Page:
What It’s Like to Be a War Horse


It takes a lot of work to be one of the war horses in the hit play War Horse, now on at Lincoln Center. The play, about a boy whose beloved horse is sent off to battle in World War I, features large, life-size horse puppets, which require three men each to operate. Each horse was made by Basil Jones and Adrian Kohler, of Handspring Puppet Company in Cape Town, South Africa, and fashioned out of cane, leather, and aluminum. "We don't call them puppets," said Jonathan Christopher MacMillan, who operates the head of one of the horses, Topthorn. "No, we call them horses."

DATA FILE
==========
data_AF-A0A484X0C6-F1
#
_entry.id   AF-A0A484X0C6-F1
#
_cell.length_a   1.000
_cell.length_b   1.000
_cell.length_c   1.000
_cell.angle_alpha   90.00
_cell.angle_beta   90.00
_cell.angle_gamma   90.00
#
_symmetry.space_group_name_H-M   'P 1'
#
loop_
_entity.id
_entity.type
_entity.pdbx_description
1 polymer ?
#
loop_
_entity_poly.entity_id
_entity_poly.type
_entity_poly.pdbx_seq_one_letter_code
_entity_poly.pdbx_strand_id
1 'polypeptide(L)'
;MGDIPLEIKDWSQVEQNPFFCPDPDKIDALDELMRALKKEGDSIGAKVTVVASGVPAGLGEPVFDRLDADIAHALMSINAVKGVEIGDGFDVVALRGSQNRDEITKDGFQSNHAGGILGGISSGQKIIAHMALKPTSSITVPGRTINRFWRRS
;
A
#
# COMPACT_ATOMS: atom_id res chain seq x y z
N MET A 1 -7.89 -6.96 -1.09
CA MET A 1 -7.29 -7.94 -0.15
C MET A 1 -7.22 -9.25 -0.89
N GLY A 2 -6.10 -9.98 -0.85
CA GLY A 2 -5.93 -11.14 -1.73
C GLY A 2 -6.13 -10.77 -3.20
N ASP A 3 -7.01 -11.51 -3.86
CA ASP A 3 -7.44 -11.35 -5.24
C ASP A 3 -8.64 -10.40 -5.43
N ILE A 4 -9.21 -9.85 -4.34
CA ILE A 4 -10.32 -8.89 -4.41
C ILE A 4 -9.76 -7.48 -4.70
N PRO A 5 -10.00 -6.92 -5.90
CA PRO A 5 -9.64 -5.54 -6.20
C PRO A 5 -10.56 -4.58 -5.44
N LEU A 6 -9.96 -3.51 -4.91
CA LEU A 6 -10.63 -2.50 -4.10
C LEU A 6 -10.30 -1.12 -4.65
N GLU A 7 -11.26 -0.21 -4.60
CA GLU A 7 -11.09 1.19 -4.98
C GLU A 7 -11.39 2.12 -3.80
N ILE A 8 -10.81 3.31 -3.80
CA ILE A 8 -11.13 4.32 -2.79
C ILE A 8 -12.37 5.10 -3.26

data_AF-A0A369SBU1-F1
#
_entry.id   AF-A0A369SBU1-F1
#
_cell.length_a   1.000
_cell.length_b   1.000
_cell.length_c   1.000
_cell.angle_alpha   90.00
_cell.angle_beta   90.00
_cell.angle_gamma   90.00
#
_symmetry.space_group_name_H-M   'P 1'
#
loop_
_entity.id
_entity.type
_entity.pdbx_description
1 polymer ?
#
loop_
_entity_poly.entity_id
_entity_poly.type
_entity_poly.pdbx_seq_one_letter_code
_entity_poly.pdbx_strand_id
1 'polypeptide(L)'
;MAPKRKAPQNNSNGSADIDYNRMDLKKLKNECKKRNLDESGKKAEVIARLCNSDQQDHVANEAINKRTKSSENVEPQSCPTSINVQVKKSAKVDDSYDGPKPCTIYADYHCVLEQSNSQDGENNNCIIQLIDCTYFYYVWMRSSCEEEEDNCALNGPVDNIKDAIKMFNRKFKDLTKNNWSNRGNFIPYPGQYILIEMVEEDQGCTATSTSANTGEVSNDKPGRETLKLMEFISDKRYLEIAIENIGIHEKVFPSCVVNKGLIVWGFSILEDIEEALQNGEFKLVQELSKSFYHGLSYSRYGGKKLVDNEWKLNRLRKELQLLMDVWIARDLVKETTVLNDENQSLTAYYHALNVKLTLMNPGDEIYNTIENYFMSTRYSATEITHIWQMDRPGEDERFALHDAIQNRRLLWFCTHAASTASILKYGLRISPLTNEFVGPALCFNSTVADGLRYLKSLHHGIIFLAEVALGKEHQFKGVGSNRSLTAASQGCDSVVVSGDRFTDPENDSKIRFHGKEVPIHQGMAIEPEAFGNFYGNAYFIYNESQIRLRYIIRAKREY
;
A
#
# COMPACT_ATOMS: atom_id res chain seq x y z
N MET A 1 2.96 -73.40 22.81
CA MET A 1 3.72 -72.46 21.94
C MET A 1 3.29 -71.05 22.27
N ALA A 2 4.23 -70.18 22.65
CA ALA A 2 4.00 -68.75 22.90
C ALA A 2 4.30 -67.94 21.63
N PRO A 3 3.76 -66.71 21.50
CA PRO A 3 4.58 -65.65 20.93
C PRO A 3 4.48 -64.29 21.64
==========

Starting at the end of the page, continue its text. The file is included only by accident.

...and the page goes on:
"It could be frustrating," said Tom Lee, who manages the hind legs of one of the animals. "But it's also beautiful. People believe these horses are here. It's kind of humbling."
And the key, explains Joel Rueben Ganz, another puppeteer, is "micro-movements. When we're really still onstage — silent — and then, just an ear moves. That's terrifyingly beautiful."

Anatomy Of A War Horse: The Actors Behind The Puppets Speak [HuffPo]